On Destruction

When I was in college, I often had fleeting compulsions to take the train all the way to the airport instead of getting off downtown. I’d have only a pittance in my account and the things I’d walked out the door with, and I would buy a ticket to the farthest place that I could afford.

I would be squashed into cattle class, and my neighbor, smelling like a $9 Bud Light, would ask me the usual probing questions about the nature of my journey. And I would say “I don’t know, I just bought this ticket an hour ago.” And they might try to get me to confess that I was running away from something – shitty parents, an abusive boyfriend, the law. Maybe I was off my Lithium. I would insist that I just didn’t feel like going to class.

“So you’re going to Albequerque instead?”

“Why, what’s wrong with Albequerque?”

Sometimes I’d be driving. Sometimes I would get on the highway and I’d dream of sailing past my exit on cruise control for miles and miles. I would end up in Maine, or somewhere folksy enough that people would invite me back to their home for hot apple cider. Their home would have smoke perpetually slinking out of the chimney and panes frosted in perfect half moons. They would live in a Thomas Kinkade painting. They would ask me probing questions about the nature of my journey. And I would insist that no, I just didn’t feel like going to the grocery store.

“So you’re going to Quebec instead?”

“Why, what’s wrong with Quebec?”

And they would wonder what possessed me to leave that day, why I’d chosen the place I did. Because taking off and leaving, with only a haphazard plan, is terrifying. I’ve woken up every day for the past 23 years and had some semblance of a plan laid out for me. I would be in school, then university, then I would get a job. I did all of these things. I rode the ebbs and flows of classrooms and lecture halls and post-college purgatory. But now I have an end date. A date that I chose simply because it would creep up too soon and not-soon-enough.

For a year, I’ve been mulling over possible destinations. I was deadset on a jaunt around Southeast Asia for months. But I decided that going wasn’t enough. The great adventure is to start over.

I’d been delaying the purchase of my one-way ticket for months. One day I woke up and stared at the ceiling for a long, long time. Twenty-seven seconds after I picked up my laptop, I was in the process of buying the cheapest plane ticket there was, which also happened to be, by some miracle, the flight that I’ve taken dozens of times from Hartsfield to Heathrow, which was at such an alarmingly steep discount that I double and triple checked that I hadn’t just been scammed.

A few days later, I was in contact with a family in Neuilly-sur-Seine, a suburb of Paris, about being an au pair, and I’ve been absolutely recoiling at the thought of having to conjugate a phonebook of French verbs since. But if I’m going to be so fucking continental, I might as well learn French well enough that I can construct a self in that language. Rather than scrambling for the few words I can pick out on the fast-flickering tongue of a foreign language, I might finally respond with a complete thought instead of watching the other party sigh and bark his or her rudimentary English at me.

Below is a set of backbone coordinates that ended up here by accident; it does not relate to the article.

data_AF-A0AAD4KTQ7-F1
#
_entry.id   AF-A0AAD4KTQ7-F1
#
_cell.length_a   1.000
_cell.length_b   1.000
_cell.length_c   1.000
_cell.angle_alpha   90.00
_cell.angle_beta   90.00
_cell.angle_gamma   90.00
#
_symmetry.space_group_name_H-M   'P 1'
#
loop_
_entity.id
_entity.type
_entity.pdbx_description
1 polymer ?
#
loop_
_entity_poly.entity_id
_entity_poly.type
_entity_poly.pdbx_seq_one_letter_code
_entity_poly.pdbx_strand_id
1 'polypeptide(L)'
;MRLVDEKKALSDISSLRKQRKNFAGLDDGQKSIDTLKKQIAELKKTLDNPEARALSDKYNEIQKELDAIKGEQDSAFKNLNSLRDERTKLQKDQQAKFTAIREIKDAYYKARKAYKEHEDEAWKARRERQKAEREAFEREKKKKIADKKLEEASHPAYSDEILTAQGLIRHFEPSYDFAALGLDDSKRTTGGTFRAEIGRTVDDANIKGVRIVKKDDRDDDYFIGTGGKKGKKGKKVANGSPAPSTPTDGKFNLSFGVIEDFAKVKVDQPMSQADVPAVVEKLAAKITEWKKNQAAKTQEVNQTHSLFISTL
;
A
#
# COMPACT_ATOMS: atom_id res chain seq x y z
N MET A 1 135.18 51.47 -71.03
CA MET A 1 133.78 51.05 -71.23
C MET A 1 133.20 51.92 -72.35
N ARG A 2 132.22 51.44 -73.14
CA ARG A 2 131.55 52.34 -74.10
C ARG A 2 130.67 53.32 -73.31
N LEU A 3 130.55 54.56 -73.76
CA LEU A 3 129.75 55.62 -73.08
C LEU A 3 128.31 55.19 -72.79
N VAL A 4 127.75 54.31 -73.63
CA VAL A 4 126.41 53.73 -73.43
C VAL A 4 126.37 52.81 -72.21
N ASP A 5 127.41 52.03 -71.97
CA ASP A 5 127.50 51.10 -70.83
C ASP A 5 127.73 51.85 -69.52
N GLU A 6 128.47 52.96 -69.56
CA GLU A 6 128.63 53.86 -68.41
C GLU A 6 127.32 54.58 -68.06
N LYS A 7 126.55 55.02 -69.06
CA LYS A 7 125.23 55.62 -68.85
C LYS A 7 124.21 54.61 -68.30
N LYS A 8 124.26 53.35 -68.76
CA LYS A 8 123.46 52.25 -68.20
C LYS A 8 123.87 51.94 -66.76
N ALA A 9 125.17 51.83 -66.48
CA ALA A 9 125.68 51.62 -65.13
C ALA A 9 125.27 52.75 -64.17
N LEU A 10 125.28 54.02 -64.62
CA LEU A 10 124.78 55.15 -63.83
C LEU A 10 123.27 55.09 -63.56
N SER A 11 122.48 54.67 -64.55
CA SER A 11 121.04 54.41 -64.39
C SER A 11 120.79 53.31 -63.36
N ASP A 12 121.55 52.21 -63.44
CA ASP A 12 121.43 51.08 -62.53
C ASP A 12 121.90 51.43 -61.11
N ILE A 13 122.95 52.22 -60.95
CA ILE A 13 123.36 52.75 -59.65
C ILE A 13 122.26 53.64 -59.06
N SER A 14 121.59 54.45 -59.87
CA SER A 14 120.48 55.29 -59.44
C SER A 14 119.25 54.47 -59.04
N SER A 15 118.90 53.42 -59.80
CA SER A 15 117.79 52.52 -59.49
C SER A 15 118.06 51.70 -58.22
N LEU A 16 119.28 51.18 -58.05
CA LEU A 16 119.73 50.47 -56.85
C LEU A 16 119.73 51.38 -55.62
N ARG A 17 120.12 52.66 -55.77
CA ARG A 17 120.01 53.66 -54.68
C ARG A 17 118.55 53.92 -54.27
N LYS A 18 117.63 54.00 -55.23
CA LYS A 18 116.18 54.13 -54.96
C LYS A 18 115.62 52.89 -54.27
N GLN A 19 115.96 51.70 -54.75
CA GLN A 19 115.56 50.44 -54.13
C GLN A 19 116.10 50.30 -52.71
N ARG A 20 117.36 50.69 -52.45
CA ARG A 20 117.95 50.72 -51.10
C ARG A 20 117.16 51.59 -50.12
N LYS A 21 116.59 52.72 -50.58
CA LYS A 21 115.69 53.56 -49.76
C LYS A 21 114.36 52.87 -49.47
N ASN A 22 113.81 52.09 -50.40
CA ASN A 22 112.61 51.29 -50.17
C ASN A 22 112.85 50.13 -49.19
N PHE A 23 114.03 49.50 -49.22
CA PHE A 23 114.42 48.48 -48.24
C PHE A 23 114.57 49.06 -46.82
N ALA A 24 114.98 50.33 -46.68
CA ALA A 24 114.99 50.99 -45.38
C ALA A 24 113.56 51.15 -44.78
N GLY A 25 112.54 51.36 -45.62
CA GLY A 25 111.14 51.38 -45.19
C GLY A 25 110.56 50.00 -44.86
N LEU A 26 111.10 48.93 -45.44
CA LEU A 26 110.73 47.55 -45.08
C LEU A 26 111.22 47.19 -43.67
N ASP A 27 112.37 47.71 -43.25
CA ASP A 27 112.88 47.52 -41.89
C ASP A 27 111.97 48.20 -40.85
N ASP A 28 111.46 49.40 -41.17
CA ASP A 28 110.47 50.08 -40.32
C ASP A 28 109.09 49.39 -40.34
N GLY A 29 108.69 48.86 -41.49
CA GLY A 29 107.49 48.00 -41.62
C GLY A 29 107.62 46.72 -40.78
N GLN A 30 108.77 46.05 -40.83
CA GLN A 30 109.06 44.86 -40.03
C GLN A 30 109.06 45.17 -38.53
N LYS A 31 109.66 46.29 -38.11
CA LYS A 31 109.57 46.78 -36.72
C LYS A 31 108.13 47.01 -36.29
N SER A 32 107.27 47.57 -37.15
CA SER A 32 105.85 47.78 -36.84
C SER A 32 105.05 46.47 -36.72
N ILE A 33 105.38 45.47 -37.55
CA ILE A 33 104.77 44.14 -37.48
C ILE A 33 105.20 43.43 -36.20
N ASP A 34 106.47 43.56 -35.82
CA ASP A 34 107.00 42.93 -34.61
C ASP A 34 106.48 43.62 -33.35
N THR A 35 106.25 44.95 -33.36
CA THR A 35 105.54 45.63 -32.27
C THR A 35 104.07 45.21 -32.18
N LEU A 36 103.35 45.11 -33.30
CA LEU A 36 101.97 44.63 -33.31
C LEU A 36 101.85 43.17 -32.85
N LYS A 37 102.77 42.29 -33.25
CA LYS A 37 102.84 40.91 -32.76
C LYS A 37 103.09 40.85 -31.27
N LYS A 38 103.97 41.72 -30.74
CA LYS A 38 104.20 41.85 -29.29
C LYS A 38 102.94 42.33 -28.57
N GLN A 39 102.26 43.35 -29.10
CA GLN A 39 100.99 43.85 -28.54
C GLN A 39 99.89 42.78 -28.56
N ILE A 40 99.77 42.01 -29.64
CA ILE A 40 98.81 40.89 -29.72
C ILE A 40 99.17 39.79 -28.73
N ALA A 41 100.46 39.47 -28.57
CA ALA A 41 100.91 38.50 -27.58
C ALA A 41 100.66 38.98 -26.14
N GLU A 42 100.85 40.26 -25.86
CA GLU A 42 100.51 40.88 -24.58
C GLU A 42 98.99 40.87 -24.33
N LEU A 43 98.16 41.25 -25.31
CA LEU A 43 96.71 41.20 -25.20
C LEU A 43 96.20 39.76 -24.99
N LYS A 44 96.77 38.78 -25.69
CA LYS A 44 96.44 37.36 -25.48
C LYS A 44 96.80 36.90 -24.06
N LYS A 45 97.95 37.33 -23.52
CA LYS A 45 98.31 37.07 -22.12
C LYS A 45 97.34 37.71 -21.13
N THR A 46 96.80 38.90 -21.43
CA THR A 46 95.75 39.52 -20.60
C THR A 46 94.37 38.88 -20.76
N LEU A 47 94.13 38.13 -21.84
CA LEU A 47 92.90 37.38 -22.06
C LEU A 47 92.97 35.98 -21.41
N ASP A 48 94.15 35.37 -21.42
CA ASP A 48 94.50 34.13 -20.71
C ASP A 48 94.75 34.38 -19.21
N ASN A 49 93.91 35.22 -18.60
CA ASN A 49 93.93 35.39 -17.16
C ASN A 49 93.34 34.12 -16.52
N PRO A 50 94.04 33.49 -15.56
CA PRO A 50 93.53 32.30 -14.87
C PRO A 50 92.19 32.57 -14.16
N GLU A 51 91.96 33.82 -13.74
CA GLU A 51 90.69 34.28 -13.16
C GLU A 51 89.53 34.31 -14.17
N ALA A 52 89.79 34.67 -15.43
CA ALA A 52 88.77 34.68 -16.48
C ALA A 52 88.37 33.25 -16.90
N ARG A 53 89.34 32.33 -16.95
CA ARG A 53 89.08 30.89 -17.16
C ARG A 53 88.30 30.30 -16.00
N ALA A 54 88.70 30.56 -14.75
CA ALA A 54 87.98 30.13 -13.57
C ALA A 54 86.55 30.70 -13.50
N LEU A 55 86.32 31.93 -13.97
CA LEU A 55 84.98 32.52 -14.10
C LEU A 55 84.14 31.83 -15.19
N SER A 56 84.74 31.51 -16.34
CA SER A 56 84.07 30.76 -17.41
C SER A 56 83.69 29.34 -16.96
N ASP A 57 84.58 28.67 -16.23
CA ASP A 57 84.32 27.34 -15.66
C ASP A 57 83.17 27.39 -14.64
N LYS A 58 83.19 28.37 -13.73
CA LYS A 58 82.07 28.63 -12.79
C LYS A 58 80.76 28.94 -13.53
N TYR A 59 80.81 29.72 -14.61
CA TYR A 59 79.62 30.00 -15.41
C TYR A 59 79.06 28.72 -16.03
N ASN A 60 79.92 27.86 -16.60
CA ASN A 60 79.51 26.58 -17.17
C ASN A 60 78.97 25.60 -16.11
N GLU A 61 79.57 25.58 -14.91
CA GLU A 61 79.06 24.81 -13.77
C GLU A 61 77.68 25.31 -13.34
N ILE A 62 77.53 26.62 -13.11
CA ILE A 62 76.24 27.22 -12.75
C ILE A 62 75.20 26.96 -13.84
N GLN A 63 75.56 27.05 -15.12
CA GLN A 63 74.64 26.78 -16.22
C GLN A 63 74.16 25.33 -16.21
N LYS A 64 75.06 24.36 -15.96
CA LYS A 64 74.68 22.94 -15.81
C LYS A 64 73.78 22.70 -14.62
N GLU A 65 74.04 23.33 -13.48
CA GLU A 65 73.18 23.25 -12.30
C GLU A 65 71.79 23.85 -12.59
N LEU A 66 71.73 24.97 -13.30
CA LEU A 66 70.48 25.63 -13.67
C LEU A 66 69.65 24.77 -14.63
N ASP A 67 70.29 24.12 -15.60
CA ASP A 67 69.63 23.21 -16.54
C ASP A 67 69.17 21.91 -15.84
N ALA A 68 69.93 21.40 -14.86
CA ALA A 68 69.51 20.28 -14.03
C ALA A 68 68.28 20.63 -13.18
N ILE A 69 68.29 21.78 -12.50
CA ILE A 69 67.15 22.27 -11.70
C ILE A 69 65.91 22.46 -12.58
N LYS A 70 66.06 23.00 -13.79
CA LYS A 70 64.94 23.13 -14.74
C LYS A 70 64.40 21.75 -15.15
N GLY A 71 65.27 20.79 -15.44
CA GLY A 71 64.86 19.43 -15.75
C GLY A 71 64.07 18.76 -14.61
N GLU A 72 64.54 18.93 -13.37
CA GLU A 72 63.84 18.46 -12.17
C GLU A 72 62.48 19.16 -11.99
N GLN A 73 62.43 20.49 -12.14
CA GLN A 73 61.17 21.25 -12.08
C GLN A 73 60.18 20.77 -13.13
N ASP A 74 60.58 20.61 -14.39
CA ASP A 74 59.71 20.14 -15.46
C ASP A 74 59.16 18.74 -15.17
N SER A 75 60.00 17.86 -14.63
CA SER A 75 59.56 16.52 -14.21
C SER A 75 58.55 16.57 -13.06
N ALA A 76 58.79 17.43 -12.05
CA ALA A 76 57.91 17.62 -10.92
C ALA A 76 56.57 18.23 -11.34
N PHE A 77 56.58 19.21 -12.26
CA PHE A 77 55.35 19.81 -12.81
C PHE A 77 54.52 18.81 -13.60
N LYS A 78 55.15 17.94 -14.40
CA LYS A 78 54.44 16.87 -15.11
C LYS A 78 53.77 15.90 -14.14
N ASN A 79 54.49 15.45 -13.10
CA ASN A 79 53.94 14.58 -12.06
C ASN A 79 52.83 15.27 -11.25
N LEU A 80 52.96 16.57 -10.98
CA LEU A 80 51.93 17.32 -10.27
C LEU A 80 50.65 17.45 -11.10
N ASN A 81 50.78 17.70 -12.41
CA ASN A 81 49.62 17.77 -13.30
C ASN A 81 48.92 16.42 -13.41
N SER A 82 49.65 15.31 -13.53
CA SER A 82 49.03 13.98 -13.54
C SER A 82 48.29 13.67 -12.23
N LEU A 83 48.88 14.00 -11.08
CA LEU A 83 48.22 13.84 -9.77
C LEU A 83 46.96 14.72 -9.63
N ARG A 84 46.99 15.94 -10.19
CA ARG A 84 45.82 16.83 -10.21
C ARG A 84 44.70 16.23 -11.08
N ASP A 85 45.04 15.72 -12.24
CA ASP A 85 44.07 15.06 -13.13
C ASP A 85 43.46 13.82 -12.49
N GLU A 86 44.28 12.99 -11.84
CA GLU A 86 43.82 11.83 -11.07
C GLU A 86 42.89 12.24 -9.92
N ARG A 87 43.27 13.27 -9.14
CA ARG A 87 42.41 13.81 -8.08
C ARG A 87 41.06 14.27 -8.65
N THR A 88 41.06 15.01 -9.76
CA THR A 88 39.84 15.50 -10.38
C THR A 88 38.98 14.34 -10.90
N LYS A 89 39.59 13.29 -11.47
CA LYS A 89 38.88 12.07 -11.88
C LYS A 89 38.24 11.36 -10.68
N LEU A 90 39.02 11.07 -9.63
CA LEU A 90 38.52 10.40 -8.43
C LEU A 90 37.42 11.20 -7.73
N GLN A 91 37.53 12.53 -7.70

The day that I bought my ticket, I was driving past some godforsaken construction site which had a quote massively displayed on the fence surrounding it. The quote, by Pablo Picasso, and appropriated by this contracting firm, read “Every act of creation is first an act of destruction.”

The word “destruction” has a sinister mouthfeel, but the quote resonated with me nonetheless. I had one of those selfish moments where it seemed like it was “a sign,” and I had to ask myself what it is I’m destroying.

I think it’s the tether. It’s the umbilical cord that keeps me close to home, close to what I know and feel cozy in. It is where I am surrounded by that which nourishes me without me even noticing, growing but being confined to the pod I am nestled in; now it feels as though there’s some other force that wants to leave me nascent and wailing on the doorstep of somewhere else.


The train had been stationary for twenty minutes when a burly uniformed German fought his way through the drunken crowds of costumed youth. An apparently claustrophobic young girl stood hyperventilating at the cracked window as her friend fanned her with one hand and took metronomic swigs of Franziskaner with the other.

The train was completely packed to the brim with jolly liederhosen’d men and braided women in dirndls. They had been pouring beer down their gullets since daybreak, and at this point in the early afternoon were raving drunk. The puny train bathrooms were unable to keep up with the demands that such debauchery places on the bladder, and the stench of beer, piss, and sweat began to permeate the sweltering train cabins.

Still, the collective attitude was rather jovial as most people found the situation to be one of cartoonish adventure rather than utter disaster. It wasn’t long before German pragmatism took the reins.

It was only a 3-foot jump to the tracks from the train doors, which had been forcibly opened despite the roars of the aforementioned uniformed official, and a pair of striking young German men offered their hands to the masses as they poured out of the doors onto the gravel.

As we waited to be shepherded by a chain of similarly chivalrous volunteers down the steep embankment, a commotion began down at the fence which stood between us and the beer festival. A chant spread among the throngs – “Reißen die Mauer! REIßEN! DIE! MAUER! Tear down the wall!” With the enthusiastic brawn that one would expect from a group of German men in traditional dress, the chain-link fence was destroyed, and the refugees poured into the waiting arms of freedom.